July 19, 2024

Athens News

News in English from Greece

Oh, war, what have you done, you vile thing (video)

War is not only the killed and wounded, blood and pain, loss of housing. Very often it is something more – loss of morale, meaning in life, self-confidence. And it is also suffering and deep psychological trauma, the consequences of which sometimes remain for life, and… a sense of guilt. We are talking about rape.

Men are increasingly becoming victims. A quarter of a century ago, Serbs used sexual violence against Albanian men. BBC Russian leads in the words of one of them:

“I still feel like a crippled person.”

There is no statute of limitations for such crimes. Just recently, Kosovo police arrested a Serb man – he is charged with crimes committed 25 years ago. Alban (name changed for ethical reasons) is an ethnic Albanian. For almost two decades, he thought he was the only man to survive sexual violence during the Kosovo war in the 1990s. It is understandable – Women who have been abused often prefer to hide the fact, and when it comes to men…

Alban, now in his 40s, realized he was not alone after the law came into force that provides for additional assistance to rape survivors.

He was 17 when his family had to flee their village in Kosovo and hide wherever they could. Food was scarce, and one day Alban went back home to get a sack of wheat. In the garden he was stopped by a group of people in Serbian police uniforms, who pushed him into the house. The man recalls:

“At first I didn't understand what was happening. I felt pain and thought they were stabbing me in the back. Then I realized they had stripped me naked and were doing the most horrible thing to me. I lost consciousness.”

Even now, the man's voice trembles at the memory. His feelings are understood better than anyone by Driton (name changed), although they have never met. Driton is now over 60, and for many years he kept the same secret. He was raped multiple times and in 1999 he survived a gang rape.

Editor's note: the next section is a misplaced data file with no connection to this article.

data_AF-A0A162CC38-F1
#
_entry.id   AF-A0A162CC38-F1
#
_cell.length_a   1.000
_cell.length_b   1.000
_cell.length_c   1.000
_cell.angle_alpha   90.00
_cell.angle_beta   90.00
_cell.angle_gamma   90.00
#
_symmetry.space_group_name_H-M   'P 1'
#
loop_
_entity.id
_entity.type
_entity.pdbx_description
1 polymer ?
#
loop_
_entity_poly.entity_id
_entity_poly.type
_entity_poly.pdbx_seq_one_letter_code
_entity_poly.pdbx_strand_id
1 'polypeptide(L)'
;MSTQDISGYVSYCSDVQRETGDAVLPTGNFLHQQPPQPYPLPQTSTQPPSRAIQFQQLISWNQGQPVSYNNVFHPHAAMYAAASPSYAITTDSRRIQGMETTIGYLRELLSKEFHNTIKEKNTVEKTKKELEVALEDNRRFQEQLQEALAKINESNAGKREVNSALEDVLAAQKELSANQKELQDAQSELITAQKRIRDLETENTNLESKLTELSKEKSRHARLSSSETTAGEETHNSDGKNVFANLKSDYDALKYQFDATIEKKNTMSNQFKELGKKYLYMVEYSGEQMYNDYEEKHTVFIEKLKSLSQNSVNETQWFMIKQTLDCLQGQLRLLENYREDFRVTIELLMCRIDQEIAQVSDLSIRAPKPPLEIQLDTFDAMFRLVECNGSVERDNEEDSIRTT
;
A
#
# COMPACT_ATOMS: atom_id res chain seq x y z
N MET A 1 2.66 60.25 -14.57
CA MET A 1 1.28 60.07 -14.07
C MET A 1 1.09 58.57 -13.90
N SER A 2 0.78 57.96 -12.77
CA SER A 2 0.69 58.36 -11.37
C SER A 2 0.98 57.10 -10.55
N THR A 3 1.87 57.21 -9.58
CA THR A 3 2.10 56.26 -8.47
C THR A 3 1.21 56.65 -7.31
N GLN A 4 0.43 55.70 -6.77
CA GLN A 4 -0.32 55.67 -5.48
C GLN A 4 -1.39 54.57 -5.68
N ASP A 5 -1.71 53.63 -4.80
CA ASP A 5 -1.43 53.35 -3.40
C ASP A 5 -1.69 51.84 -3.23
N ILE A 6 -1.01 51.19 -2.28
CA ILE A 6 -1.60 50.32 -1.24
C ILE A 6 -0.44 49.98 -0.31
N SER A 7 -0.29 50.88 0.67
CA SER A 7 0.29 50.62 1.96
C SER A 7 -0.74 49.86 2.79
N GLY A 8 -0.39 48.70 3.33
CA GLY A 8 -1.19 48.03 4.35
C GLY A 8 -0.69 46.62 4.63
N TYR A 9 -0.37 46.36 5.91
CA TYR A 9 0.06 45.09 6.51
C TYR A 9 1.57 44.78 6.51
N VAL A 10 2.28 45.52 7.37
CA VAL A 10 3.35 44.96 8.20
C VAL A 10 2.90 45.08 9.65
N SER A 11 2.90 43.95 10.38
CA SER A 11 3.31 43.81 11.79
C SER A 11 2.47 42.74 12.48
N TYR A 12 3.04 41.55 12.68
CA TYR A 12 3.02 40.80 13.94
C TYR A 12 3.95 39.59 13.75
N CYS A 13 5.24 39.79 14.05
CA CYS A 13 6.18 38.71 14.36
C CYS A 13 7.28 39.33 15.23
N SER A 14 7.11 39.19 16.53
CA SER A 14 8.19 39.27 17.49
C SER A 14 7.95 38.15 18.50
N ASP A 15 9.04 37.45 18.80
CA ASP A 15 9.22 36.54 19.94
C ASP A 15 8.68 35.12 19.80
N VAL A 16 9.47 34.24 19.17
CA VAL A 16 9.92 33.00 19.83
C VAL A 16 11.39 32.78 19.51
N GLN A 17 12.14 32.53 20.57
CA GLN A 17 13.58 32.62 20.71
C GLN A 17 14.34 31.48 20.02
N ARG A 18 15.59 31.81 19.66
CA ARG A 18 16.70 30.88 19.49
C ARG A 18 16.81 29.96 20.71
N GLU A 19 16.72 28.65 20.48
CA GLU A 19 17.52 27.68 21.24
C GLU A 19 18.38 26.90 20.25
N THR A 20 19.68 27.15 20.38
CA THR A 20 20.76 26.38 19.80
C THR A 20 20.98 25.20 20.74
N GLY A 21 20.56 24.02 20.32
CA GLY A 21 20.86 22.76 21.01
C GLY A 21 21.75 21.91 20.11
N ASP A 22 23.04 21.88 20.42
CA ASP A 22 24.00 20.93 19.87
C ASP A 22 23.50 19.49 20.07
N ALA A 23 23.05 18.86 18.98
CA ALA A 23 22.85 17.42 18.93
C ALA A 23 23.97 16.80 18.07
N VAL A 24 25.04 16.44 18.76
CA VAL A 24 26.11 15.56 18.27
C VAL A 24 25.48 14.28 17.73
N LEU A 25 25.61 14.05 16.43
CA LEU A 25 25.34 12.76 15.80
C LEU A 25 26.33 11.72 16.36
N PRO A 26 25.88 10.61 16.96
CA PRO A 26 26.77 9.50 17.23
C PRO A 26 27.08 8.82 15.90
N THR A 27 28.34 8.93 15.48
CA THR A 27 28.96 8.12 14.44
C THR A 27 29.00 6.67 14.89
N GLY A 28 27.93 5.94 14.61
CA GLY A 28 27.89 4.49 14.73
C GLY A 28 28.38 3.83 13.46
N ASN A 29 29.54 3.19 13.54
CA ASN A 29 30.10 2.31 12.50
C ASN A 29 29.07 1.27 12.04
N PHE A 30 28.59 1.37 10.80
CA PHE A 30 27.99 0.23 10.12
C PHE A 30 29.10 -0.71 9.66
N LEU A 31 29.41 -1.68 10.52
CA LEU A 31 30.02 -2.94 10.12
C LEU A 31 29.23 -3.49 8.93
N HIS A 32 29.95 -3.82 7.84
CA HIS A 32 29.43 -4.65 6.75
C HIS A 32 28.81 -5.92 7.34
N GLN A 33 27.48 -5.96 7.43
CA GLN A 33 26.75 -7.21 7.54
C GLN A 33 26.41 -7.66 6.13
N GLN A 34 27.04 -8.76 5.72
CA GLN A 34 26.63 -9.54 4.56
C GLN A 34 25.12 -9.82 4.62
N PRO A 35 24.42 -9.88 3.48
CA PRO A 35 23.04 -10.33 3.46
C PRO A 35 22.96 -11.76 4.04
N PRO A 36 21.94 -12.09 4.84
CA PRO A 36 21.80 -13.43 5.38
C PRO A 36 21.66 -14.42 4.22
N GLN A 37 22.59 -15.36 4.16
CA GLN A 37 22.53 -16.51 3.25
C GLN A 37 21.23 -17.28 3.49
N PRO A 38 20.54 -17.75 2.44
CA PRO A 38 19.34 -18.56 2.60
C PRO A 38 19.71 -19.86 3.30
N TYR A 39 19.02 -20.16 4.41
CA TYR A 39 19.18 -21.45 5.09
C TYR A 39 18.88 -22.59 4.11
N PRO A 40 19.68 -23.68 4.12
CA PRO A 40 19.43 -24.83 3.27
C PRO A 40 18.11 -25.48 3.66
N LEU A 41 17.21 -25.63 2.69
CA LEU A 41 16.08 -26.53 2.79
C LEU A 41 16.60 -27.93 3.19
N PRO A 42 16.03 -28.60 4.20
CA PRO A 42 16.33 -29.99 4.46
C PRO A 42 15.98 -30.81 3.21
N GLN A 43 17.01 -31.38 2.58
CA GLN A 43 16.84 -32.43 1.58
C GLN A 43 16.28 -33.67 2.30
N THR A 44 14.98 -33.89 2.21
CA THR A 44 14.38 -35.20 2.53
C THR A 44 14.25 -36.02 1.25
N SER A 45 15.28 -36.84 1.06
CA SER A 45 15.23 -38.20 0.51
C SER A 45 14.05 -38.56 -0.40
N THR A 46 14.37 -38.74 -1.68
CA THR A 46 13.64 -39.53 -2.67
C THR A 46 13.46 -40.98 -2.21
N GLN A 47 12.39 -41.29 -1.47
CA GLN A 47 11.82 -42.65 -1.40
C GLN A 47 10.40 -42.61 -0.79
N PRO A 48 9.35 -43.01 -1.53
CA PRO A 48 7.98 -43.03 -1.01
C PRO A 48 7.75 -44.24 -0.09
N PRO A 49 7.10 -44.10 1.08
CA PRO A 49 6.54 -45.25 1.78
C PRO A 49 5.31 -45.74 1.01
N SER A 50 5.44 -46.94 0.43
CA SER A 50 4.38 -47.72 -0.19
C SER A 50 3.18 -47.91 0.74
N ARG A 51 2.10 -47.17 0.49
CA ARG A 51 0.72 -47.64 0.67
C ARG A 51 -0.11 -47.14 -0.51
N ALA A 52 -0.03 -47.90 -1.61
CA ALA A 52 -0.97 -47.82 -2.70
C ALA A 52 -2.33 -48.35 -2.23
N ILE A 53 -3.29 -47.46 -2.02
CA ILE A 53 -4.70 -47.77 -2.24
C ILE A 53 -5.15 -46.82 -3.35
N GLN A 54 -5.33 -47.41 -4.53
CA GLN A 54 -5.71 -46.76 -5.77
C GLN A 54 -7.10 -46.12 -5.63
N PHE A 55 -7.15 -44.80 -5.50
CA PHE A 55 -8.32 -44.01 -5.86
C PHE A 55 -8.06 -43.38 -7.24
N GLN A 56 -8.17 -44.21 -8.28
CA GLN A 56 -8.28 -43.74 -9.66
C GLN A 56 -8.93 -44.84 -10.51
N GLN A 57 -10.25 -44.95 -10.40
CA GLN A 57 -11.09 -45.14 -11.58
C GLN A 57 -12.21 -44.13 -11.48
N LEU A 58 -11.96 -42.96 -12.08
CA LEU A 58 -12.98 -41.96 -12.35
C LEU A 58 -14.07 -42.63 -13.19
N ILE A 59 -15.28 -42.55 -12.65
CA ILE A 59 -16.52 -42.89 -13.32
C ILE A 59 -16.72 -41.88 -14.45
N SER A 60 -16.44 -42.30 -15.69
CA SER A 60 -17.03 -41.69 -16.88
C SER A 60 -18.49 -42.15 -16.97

It happened after he was held for 30 days in a prison in Kosovo that he believes was run by a Serbian paramilitary group. He suspected that similar things could have happened to other men, but he could only tell his wife – no one else could he trust with his painful secret.

The 1998-99 Balkan war that erupted after the breakup of Yugoslavia left an estimated 130,000 people dead. An estimated 10,000-20,000 were raped in Kosovo alone.

Kosovo sought independence, and Serbia responded with brutal repression against the ethnic Albanian population. This resulted in large-scale armed clashes, and both sides were later accused of committing atrocities, including the rape of civilians.

Twenty years later, in 2018, the Kosovo government adopted a law that gave people who had been sexually assaulted official status as war victims and the right to financial assistance. And only then did this tragic page of bygone days begin to open.

The law helped Alban and Driton break nearly two decades of silence and one of the last taboos of the war. Two thousand Kosovars, men and women, came out of the shadows to seek official recognition as war victims. So far, 1,600 people, including 84 men, have received this status. The deadline for applications was originally set to end in February 2023, but authorities have extended it to May 2025.

Alban still lives in the modest family home where he was born and where he suffered the abuse. He says, “It's terrible, but I never had the chance to move.” The hallway where the rape took place connects the small kitchen, bathroom and bedrooms. Today, Alban lives in the house with his wife and children. And none of them suspects what happened to their husband and father in this house. The man says:

“I don't want them to know because even today there are times when I wish I didn't exist. They killed my morale and sometimes I still worry about whether I'm man enough – it's a heavy burden.”

Over the years, Alban spoke about what happened only once: a few days after the rape, he confessed to his father:

“He was shocked, but he was glad I was alive. He said they could have killed me.”

He remembers what happened, and tears are streaming down his face – the pain is still too palpable. Driton also initially wanted to tell his father about what happened, but changed his mind:

“My father was already old and ill, I was afraid that my story would kill him. But he noticed that something was wrong and said that I was probably hiding something.”

Finally, at some point, unable to bear this psychological pressure, he told his wife. Holding his face with both hands, he says: